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Discussion Starter · #1 ·
Dear Beekeepers,
We installed a nuc about two weeks ago and installed them with 4 foundationless frames. The frames from the nuc were very widely built out so we only added 4 frames to give us some elbow room. I don't see how we can try to push them together without trapping bees and possibly harming the queen. Is there any problem them having the wide combs like this?
Thank you so much! We are relatively new beekeepers and have tons to learn!
 

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Are the combs centred? IE, does the foundation of the comb run exactly down the centre line of the end bars? Because if it's off to one side you may never get good results pushing the frames together, unless you push the comb over so the foundation is centred.

But assuming the foundation is centred, you can push the frames a bit closer to each other every time you work the hive, and the bees will chew down extra wax. Comb used for raising worker brood is only so thick, and can be pushed togethjer straight away, assuming you have standard sized end bars.
 

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Is it possible your end bars need to be scraped down? Some beekeepers run 9 frames in a 10 frame box in the broodnest. It would lead to what you are describing. This would give 1.5 inch comb spacing which was in fashion once upon a time. Some still like it.
 

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Discussion Starter · #4 ·
The combs do seem to be centered so we will start pushing the frames closer a little bit each time. I was worried that we might hurt the bees somehow by doing that but it makes sense to do it gradually. It is amazing how the bees are so good at restructuring what they build! As for the end bars, they seem to be a normal width. We do want to run 9 frames in the broodnest so I guess if the combs are a bit wider it is okay?
Thank you both very much for your replies!
 

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The combs that are too wide - those combs are most likely just honey combs.
Possibly drone brood also.
The worker brood comb can NOT be too wide.

And so - just take a long knife (serrated bread knife is best) and slice off the combs where they are too wide.
Give some combs the "hair cut", so to speak.
In the process you will most likely spill some honey and possible cut into drone brood - not a big deal.
Whatever falls down/spills down (honey or drone brood) - bees will cleanup and is not your concern.
After the "hair cut" push the frames tighter together (scrap those frames of any propolis/wax burrs).

Just get it done once and move forward with your life; no need to monkey about.
 

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The combs that are too wide - those combs are most likely just honey combs.
Possibly drone brood also.
The worker brood comb can NOT be too wide.

And so - just take a long knife (serrated bread knife is best) and slice off the combs where they are too wide.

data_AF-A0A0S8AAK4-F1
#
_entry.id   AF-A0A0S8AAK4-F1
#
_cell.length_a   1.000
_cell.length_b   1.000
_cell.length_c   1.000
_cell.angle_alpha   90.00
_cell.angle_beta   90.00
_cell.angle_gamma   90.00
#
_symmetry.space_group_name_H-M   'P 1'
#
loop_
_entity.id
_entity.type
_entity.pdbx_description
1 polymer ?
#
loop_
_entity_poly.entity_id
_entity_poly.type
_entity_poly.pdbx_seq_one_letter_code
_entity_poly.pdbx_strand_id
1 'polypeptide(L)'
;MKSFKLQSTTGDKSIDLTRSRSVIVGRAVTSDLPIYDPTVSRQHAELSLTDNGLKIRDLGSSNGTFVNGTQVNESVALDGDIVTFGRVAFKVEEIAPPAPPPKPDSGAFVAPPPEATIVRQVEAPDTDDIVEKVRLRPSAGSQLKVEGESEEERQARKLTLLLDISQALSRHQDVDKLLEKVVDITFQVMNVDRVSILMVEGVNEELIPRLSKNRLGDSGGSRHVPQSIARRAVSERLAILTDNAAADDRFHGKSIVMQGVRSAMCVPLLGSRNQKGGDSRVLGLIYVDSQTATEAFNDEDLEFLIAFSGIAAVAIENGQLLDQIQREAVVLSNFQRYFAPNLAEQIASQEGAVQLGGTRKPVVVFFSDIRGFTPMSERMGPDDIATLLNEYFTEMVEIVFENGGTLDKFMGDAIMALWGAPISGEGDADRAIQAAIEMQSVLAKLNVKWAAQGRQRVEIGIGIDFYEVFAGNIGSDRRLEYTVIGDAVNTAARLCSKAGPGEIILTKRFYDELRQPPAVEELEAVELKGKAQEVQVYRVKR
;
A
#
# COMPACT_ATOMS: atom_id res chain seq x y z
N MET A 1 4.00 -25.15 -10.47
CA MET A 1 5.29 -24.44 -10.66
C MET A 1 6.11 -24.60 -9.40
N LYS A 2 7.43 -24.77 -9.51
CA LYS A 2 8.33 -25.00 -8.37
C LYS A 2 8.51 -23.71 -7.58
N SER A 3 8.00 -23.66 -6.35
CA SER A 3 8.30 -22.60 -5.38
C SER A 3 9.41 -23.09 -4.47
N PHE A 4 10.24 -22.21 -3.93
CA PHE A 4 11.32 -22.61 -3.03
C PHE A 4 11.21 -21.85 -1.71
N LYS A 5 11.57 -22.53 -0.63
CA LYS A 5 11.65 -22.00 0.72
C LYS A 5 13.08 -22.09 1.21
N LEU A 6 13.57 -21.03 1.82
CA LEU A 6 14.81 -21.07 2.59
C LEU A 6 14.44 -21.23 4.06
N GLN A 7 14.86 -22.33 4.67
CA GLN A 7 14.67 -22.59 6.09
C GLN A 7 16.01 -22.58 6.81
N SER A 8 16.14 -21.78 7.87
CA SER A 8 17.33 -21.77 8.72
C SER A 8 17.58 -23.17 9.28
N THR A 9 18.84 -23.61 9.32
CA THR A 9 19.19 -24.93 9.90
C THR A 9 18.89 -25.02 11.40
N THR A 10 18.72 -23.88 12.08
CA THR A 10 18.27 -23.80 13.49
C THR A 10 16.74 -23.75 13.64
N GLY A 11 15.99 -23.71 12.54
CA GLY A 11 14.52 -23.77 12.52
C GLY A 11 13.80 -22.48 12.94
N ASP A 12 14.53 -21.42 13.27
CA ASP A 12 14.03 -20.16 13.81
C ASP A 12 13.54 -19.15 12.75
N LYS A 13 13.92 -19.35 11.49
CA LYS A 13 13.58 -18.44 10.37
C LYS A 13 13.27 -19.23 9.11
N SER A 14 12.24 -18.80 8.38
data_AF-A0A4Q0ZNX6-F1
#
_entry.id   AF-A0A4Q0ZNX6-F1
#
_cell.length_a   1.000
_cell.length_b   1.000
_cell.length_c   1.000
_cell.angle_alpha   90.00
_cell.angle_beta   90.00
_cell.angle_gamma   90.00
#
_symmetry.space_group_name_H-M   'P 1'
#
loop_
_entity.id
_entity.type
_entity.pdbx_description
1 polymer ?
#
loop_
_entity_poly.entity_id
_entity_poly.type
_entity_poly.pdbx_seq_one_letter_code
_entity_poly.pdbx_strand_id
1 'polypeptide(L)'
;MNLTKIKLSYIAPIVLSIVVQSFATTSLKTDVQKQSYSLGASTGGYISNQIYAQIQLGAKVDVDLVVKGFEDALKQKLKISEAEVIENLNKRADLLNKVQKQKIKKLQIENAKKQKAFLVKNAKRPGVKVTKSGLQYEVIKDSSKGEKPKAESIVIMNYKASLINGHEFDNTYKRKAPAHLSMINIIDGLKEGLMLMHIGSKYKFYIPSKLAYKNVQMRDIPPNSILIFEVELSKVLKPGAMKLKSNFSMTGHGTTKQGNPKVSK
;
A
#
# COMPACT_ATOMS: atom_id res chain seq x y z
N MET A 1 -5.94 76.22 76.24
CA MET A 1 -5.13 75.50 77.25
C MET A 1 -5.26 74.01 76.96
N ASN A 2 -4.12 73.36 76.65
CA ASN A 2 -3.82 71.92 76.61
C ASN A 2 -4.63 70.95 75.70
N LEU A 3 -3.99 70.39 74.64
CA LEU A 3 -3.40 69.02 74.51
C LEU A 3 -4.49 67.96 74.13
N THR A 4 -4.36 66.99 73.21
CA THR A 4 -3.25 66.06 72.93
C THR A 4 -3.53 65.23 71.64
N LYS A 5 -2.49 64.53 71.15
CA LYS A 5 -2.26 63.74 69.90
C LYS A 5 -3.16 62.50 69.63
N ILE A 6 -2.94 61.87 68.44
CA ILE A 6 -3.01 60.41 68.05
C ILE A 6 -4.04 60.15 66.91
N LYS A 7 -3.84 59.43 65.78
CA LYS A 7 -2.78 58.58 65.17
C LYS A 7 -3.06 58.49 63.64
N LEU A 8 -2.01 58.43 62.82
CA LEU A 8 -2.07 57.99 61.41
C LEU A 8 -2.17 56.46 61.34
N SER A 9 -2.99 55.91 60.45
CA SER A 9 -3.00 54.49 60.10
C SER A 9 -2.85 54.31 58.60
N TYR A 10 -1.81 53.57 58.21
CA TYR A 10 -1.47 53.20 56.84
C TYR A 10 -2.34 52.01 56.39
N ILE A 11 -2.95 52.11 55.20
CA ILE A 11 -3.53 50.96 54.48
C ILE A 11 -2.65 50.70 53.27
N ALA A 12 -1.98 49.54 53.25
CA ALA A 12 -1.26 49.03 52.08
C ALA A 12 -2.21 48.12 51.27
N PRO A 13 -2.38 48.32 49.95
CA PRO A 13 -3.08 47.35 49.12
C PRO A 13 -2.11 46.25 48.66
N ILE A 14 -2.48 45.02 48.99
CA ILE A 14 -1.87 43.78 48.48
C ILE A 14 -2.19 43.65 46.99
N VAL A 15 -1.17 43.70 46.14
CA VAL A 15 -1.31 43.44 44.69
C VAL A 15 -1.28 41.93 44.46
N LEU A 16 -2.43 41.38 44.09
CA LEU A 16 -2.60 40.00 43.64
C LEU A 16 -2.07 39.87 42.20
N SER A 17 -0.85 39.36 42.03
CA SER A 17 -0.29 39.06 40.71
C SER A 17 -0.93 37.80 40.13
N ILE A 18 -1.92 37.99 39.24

Give some combs the "hair cut", so to speak.
In the process you will most likely spill some honey and possible cut into drone brood - not a big deal.
Whatever falls down/spills down (honey or drone brood) - bees will cleanup and is not your concern.
After the "hair cut" push the frames tighter together (scrap those frames of any propolis/wax burrs).

Just get it done once and move forward with your life; no need to monkey about.
Just to clarify what GregV is saying, and although my experience is limited, it is my understanding that worker comb can't be too deep or too shallow. It all has to do with the length of the queens abdomen. Too deep and she might not be able to lay the egg in the bottom of the cell. Too shallow and she most likely will not lay an egg because there isn't enough room for a developing pupae.

Such is the case of improperly made wax foundation frames. Rookie mistake to not install wax foundation as straight and centered as possible. I have a whole lot of frames to correct that I inherited from another BK. All of them are curved because the frame style seems to be made for plastic foundation. The slots are too wide and the bottom slot is not open. Standard wax foundation is too long by about 3/32". Rather than tossing them I will trim down the wax foundation, and probably wax glue them in to try to keep them straight.

Bees don't care, it just makes for wonky looking frames that cost you time to manage. So yes I am currently running a monkey business. The wonky frames aren't hardly much good as honey frames either, it makes decapping a longer step. Going to fire up the wax melter.

You could wait until the brood is capped and move it up a box. If the frame doesn't get re-laid as brood when the bees hatch out, then remove it from the hive and let the bees rob it out before trimming and re-using.
 

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I /we went into a new package install with first time beekeeper. She had left about an inch of space between the frames. The bees drew it out wide and it has brood in it now. Since there are only 3 frames of brood drawn out I had her move it to the out side of the brood nest, no empty frames on that side. It's up against the side of the box. When that frame gets empty of brood and gets used for honey storage then it can be shaved down like GregV suggested.
 
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